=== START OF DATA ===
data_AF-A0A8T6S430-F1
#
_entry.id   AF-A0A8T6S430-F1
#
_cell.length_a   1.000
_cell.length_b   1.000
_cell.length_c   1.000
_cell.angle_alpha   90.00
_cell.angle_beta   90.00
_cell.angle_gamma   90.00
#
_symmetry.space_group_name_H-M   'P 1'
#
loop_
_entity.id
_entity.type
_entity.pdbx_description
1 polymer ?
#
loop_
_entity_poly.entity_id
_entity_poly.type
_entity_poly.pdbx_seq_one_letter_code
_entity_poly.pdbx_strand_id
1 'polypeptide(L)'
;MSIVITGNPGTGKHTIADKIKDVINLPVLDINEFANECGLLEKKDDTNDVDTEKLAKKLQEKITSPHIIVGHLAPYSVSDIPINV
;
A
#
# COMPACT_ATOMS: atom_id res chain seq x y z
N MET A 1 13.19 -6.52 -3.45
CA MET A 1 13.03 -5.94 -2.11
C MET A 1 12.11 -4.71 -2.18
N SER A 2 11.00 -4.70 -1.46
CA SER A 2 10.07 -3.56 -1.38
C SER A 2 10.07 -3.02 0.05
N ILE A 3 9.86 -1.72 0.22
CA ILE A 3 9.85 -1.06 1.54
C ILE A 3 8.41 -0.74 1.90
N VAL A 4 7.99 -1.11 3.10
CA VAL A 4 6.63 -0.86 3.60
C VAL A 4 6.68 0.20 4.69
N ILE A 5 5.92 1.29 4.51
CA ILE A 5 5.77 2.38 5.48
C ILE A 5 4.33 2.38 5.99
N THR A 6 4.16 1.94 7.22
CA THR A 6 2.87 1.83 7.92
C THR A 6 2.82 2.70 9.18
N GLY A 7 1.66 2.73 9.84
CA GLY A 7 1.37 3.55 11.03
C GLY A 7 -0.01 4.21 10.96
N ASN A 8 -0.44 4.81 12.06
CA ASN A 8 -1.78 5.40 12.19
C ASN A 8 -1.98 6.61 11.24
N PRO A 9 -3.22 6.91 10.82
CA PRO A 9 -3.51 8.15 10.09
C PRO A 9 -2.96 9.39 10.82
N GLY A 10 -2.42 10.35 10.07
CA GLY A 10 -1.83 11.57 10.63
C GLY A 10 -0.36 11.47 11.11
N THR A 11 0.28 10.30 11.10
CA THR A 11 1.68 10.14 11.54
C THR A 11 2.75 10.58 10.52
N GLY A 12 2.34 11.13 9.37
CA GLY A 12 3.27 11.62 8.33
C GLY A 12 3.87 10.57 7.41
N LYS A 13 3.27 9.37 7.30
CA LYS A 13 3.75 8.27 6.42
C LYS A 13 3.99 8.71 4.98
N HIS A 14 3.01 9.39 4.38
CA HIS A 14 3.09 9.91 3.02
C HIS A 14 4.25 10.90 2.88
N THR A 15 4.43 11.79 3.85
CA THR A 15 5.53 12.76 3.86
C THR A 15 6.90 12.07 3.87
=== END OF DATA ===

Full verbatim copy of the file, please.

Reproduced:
data_AF-A0A8T6S430-F1
#
_entry.id   AF-A0A8T6S430-F1
#
_cell.length_a   1.000
_cell.length_b   1.000
_cell.length_c   1.000
_cell.angle_alpha   90.00
_cell.angle_beta   90.00
_cell.angle_gamma   90.00
#
_symmetry.space_group_name_H-M   'P 1'
#
loop_
_entity.id
_entity.type
_entity.pdbx_description
1 polymer ?
#
loop_
_entity_poly.entity_id
_entity_poly.type
_entity_poly.pdbx_seq_one_letter_code
_entity_poly.pdbx_strand_id
1 'polypeptide(L)'
;MSIVITGNPGTGKHTIADKIKDVINLPVLDINEFANECGLLEKKDDTNDVDTEKLAKKLQEKITSPHIIVGHLAPYSVSDIPINV
;
A
#
# COMPACT_ATOMS: atom_id res chain seq x y z
N MET A 1 13.19 -6.52 -3.45
CA MET A 1 13.03 -5.94 -2.11
C MET A 1 12.11 -4.71 -2.18
N SER A 2 11.00 -4.70 -1.46
CA SER A 2 10.07 -3.56 -1.38
C SER A 2 10.07 -3.02 0.05
N ILE A 3 9.86 -1.72 0.22
CA ILE A 3 9.85 -1.06 1.54
C ILE A 3 8.41 -0.74 1.90
N VAL A 4 7.99 -1.11 3.10
CA VAL A 4 6.63 -0.86 3.60
C VAL A 4 6.68 0.20 4.69
N ILE A 5 5.92 1.29 4.51
CA ILE A 5 5.77 2.38 5.48
C ILE A 5 4.33 2.38 5.99
N THR A 6 4.16 1.94 7.22
CA THR A 6 2.87 1.83 7.92
C THR A 6 2.82 2.70 9.18
N GLY A 7 1.66 2.73 9.84
CA GLY A 7 1.37 3.55 11.03
C GLY A 7 -0.01 4.21 10.96
N ASN A 8 -0.44 4.81 12.06
CA ASN A 8 -1.78 5.40 12.19
C ASN A 8 -1.98 6.61 11.24
N PRO A 9 -3.22 6.91 10.82
CA PRO A 9 -3.51 8.15 10.09
C PRO A 9 -2.96 9.39 10.82
N GLY A 10 -2.42 10.35 10.07
CA GLY A 10 -1.83 11.57 10.63
C GLY A 10 -0.36 11.47 11.11
N THR A 11 0.28 10.30 11.10
CA THR A 11 1.68 10.14 11.54
C THR A 11 2.75 10.58 10.52
N GLY A 12 2.34 11.13 9.37
CA GLY A 12 3.27 11.62 8.33
C GLY A 12 3.87 10.57 7.41
N LYS A 13 3.27 9.37 7.30
CA LYS A 13 3.75 8.27 6.42
C LYS A 13 3.99 8.71 4.98
N HIS A 14 3.01 9.39 4.38
CA HIS A 14 3.09 9.91 3.02
C HIS A 14 4.25 10.90 2.88
N THR A 15 4.43 11.79 3.85
CA THR A 15 5.53 12.76 3.86
C THR A 15 6.90 12.07 3.87